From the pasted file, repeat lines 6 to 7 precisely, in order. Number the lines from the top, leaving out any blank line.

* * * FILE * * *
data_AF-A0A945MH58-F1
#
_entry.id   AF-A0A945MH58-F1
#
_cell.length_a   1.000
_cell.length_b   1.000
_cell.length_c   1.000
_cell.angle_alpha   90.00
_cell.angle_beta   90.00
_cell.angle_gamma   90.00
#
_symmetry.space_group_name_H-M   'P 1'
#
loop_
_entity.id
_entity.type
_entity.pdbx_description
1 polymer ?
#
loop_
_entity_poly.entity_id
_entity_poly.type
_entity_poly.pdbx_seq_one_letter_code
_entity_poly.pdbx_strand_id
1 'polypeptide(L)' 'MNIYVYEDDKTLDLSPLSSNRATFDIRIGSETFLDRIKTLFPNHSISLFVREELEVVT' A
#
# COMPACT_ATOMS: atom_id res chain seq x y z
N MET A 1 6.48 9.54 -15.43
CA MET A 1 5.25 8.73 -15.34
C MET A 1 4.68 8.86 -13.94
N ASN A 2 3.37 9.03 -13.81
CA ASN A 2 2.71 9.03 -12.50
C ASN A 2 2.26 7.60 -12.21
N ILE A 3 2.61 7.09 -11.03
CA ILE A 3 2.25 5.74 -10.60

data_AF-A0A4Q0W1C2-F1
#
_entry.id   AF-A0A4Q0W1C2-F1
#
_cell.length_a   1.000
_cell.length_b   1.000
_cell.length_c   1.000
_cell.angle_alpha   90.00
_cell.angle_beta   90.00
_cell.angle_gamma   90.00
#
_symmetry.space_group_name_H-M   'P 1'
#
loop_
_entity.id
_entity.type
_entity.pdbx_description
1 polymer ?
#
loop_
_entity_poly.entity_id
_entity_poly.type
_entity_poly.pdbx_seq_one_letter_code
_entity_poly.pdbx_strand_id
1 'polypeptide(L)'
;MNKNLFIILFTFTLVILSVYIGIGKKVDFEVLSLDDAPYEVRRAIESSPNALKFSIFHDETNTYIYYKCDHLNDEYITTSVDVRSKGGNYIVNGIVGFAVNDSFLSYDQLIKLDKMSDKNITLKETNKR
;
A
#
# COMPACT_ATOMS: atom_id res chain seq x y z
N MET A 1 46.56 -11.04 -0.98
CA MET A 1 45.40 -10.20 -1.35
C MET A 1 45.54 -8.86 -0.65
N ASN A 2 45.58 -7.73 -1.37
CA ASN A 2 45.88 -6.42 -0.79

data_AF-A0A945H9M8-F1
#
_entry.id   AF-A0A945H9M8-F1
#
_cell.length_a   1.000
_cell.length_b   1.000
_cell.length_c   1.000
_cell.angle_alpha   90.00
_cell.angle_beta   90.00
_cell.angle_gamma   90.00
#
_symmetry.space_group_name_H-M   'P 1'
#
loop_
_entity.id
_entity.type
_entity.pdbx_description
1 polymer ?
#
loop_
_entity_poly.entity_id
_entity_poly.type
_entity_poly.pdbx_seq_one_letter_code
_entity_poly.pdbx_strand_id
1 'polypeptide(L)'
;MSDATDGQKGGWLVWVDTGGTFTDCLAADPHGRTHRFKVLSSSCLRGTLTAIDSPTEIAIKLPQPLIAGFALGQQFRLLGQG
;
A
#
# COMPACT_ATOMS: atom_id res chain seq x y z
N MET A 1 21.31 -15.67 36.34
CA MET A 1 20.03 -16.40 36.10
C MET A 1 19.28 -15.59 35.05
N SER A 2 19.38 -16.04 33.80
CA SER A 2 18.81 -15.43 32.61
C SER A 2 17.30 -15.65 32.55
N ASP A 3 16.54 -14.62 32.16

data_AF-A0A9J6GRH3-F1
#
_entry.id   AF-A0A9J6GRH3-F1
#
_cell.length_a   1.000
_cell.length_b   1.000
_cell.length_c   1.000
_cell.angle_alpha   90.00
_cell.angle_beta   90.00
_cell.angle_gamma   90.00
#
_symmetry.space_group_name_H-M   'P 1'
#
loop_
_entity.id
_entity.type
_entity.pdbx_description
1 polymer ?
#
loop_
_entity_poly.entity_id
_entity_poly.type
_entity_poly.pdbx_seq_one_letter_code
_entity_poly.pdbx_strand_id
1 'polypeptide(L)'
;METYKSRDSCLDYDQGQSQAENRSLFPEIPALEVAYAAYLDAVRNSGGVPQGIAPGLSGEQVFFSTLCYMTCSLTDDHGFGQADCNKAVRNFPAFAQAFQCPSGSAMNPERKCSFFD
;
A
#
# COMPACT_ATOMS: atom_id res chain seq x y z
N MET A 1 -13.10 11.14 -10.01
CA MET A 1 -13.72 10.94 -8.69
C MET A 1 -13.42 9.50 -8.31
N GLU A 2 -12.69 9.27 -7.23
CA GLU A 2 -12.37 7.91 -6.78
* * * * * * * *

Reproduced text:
_cell.length_b   1.000
_cell.length_c   1.000